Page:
Overall, the key to successfully ending Veteran homelessness is collaboration between federal, state, and local Veteran services. According to Matt Leslie, Director of Housing Development for Veteran Services, Virginia Department of Veteran Services, “The three key components of the commonwealth action plan were targeting the right resources to the right Veteran, specifically with HUD-VA supportive housing vouchers and services; formalizing coordination among the various parties; and using data to drive our approach. That really set the stage for all of the work in Virginia. We greatly im-proved service delivery and dramatically lowered barriers to care.”The Homeless Team at McGuire benefits from the established collaboration between various Veteran organizations and local charitable donations. On May 18 during the annual VA2K, McGuire staff can support local homeless Veterans by donating clothing and toiletries. •For more information about what items are needed, please contact Brooke Pendleton at 804-675-5000, ext. 2438.

    Each year, students from a foreign medical university located halfway around the earth visit the McGuire VA Medical Center (VAMC), and other medical facilities, as part of a field trip to experience Ameri-can medicine and healthcare practices.

    Approximately 32 students from the Kaohsiung Medical University in Taiwan visited McGuire VAMC to tour several programs and gain a better understanding of Veteran-centric health care. This year marks the fourth year students from KMU have visited McGuire VAMC, according to Dr. Yazar Ozcan, who organizes the KMU trip. Ozcan serves as the Charles P. Cardwell, Jr. Professor Vice Chair and Director of Master of Science in Health Administration at nearby Virginia Commonwealth University.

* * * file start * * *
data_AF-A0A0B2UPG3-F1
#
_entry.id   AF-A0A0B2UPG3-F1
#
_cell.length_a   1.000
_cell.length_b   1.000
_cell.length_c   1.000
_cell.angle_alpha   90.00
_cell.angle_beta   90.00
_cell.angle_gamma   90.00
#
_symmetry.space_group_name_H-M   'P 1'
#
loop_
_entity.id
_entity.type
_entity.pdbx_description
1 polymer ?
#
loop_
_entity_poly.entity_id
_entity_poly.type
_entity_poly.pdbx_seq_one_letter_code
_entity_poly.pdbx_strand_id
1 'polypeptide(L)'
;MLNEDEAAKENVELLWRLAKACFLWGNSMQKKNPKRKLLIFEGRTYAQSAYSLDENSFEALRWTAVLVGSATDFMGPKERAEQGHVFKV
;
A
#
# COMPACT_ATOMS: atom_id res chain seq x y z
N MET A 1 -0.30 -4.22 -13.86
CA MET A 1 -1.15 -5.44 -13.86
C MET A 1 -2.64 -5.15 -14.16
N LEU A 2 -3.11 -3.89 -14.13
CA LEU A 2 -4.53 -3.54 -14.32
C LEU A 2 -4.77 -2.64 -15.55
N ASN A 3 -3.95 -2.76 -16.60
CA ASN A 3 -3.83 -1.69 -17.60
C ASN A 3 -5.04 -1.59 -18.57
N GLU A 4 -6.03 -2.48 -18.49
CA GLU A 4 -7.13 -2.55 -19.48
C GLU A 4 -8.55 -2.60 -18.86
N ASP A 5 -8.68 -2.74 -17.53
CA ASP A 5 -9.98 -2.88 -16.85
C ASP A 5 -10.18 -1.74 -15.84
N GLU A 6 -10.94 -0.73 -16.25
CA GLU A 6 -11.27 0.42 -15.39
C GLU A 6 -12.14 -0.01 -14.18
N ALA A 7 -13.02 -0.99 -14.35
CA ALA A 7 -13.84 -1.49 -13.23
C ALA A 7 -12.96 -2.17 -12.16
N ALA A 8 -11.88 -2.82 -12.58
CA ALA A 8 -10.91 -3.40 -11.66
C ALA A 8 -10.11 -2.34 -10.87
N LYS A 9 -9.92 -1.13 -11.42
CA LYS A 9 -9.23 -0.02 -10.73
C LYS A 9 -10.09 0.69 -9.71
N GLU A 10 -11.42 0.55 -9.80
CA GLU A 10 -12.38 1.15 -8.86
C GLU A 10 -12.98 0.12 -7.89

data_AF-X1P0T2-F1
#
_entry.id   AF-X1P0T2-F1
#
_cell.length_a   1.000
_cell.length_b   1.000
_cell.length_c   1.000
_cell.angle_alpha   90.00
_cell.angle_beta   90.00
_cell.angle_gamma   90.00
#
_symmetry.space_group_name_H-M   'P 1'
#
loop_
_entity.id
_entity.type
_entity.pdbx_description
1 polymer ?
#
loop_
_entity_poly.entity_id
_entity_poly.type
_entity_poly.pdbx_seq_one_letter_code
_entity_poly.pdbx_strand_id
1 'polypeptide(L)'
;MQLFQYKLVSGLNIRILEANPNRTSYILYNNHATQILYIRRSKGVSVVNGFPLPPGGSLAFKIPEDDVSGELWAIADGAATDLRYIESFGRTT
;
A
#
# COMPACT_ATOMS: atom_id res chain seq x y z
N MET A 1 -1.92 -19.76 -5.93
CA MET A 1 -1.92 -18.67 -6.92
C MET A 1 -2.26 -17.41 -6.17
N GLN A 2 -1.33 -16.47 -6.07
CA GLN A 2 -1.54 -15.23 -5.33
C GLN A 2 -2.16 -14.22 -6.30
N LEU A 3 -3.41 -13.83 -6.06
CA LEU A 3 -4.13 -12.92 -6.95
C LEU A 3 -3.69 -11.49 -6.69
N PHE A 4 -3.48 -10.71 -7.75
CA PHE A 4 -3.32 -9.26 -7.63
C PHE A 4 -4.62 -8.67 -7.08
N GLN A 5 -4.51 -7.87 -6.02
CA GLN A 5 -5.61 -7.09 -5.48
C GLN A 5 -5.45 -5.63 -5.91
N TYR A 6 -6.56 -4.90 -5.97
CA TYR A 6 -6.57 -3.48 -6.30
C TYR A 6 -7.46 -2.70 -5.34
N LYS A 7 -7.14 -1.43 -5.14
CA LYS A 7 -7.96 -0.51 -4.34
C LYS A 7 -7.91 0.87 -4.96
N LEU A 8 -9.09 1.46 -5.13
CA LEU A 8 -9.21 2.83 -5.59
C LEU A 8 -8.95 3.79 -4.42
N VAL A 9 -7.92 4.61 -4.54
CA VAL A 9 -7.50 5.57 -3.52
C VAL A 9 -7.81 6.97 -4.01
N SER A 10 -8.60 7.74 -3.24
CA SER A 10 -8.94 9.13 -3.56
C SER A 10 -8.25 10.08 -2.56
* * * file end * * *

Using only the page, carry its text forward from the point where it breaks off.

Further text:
“In many countries, including Taiwan, the hospital care is provided by public/gov-ernment,

    and private ownership,” Ozcan wrote in an e-mail. “To reflect how the ownership and hospitals provide care, we choose VA as public/govern-ment representative.”During the visit to McGuire, the students toured several programs including Polytrauma, Spinal Cord Injury & Disorder Research, and Prosthetics. Dr. Hon-Yi Shi, who serves as the chair of the Graduate Institute of Healthcare Administration and Medical Informatics of KMU, attended this year’s trip along with the students. Shi said he, and the students, are greatly appreciative for the opportunity to visit the city of Richmond and McGuire VAMC.

    “During the stay in (Virginia), our graduated students not only ex-pressed their thoughts to advance their studies but also explored to enhance their knowledge and abilities in the field,” Shi explained via e-mail. The relationship between VCU and KMU began approximately 16 years ago, said Ozcan. Since then the event has expanded to include several Central Virginia medical facilities while in the U.S. •